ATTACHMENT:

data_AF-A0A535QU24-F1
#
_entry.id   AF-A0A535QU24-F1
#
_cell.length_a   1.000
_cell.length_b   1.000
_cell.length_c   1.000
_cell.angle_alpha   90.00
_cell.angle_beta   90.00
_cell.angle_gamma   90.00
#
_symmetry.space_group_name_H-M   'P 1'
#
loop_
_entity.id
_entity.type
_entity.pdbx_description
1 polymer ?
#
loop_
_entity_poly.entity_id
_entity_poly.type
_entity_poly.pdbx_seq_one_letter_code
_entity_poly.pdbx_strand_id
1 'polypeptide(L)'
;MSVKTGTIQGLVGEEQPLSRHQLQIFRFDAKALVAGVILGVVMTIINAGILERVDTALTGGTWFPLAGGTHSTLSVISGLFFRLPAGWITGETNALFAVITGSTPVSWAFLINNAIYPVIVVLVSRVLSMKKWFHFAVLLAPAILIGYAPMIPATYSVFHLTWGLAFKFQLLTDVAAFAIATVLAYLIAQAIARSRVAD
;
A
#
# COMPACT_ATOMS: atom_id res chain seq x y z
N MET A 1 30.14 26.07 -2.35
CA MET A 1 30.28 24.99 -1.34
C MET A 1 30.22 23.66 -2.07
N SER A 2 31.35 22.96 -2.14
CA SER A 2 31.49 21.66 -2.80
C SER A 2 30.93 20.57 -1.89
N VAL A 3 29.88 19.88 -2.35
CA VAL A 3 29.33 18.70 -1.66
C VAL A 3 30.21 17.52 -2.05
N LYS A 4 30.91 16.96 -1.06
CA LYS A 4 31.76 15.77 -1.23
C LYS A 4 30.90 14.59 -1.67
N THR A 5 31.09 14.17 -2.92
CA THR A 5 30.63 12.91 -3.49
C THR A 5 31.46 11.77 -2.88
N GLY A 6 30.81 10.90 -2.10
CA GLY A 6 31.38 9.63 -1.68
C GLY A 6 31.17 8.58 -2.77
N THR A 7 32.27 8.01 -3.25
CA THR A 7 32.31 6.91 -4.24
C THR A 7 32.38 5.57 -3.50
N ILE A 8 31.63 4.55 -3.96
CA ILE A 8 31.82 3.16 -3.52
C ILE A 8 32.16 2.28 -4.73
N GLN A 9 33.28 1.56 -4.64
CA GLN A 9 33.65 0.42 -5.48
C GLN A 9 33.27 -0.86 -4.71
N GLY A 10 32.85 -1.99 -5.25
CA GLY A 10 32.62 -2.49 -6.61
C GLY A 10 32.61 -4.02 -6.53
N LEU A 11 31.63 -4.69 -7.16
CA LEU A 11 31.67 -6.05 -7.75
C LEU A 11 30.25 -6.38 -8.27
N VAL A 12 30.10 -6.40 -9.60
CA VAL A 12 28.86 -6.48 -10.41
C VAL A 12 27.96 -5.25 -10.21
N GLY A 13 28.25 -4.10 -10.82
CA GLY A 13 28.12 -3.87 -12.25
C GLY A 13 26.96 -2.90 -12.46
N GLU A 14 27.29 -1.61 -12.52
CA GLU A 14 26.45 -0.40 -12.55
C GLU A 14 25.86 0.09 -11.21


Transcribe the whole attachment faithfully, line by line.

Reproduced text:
data_AF-A0A535QU24-F1
#
_entry.id   AF-A0A535QU24-F1
#
_cell.length_a   1.000
_cell.length_b   1.000
_cell.length_c   1.000
_cell.angle_alpha   90.00
_cell.angle_beta   90.00
_cell.angle_gamma   90.00
#
_symmetry.space_group_name_H-M   'P 1'
#
loop_
_entity.id
_entity.type
_entity.pdbx_description
1 polymer ?
#
loop_
_entity_poly.entity_id
_entity_poly.type
_entity_poly.pdbx_seq_one_letter_code
_entity_poly.pdbx_strand_id
1 'polypeptide(L)'
;MSVKTGTIQGLVGEEQPLSRHQLQIFRFDAKALVAGVILGVVMTIINAGILERVDTALTGGTWFPLAGGTHSTLSVISGLFFRLPAGWITGETNALFAVITGSTPVSWAFLINNAIYPVIVVLVSRVLSMKKWFHFAVLLAPAILIGYAPMIPATYSVFHLTWGLAFKFQLLTDVAAFAIATVLAYLIAQAIARSRVAD
;
A
#
# COMPACT_ATOMS: atom_id res chain seq x y z
N MET A 1 30.14 26.07 -2.35
CA MET A 1 30.28 24.99 -1.34
C MET A 1 30.22 23.66 -2.07
N SER A 2 31.35 22.96 -2.14
CA SER A 2 31.49 21.66 -2.80
C SER A 2 30.93 20.57 -1.89
N VAL A 3 29.88 19.88 -2.35
CA VAL A 3 29.33 18.70 -1.66
C VAL A 3 30.21 17.52 -2.05
N LYS A 4 30.91 16.96 -1.06
CA LYS A 4 31.76 15.77 -1.23
C LYS A 4 30.90 14.59 -1.67
N THR A 5 31.09 14.17 -2.92
CA THR A 5 30.63 12.91 -3.49
C THR A 5 31.46 11.77 -2.88
N GLY A 6 30.81 10.90 -2.10
CA GLY A 6 31.38 9.63 -1.68
C GLY A 6 31.17 8.58 -2.77
N THR A 7 32.27 8.01 -3.25
CA THR A 7 32.31 6.91 -4.24
C THR A 7 32.38 5.57 -3.50
N ILE A 8 31.63 4.55 -3.96
CA ILE A 8 31.82 3.16 -3.52
C ILE A 8 32.16 2.28 -4.73
N GLN A 9 33.28 1.56 -4.64
CA GLN A 9 33.65 0.42 -5.48
C GLN A 9 33.27 -0.86 -4.71
N GLY A 10 32.85 -1.99 -5.25
CA GLY A 10 32.62 -2.49 -6.61
C GLY A 10 32.61 -4.02 -6.53
N LEU A 11 31.63 -4.69 -7.16
CA LEU A 11 31.67 -6.05 -7.75
C LEU A 11 30.25 -6.38 -8.27
N VAL A 12 30.10 -6.40 -9.60
CA VAL A 12 28.86 -6.48 -10.41
C VAL A 12 27.96 -5.25 -10.21
N GLY A 13 28.25 -4.10 -10.82
CA GLY A 13 28.12 -3.87 -12.25
C GLY A 13 26.96 -2.90 -12.46
N GLU A 14 27.29 -1.61 -12.52
CA GLU A 14 26.45 -0.40 -12.55
C GLU A 14 25.86 0.09 -11.21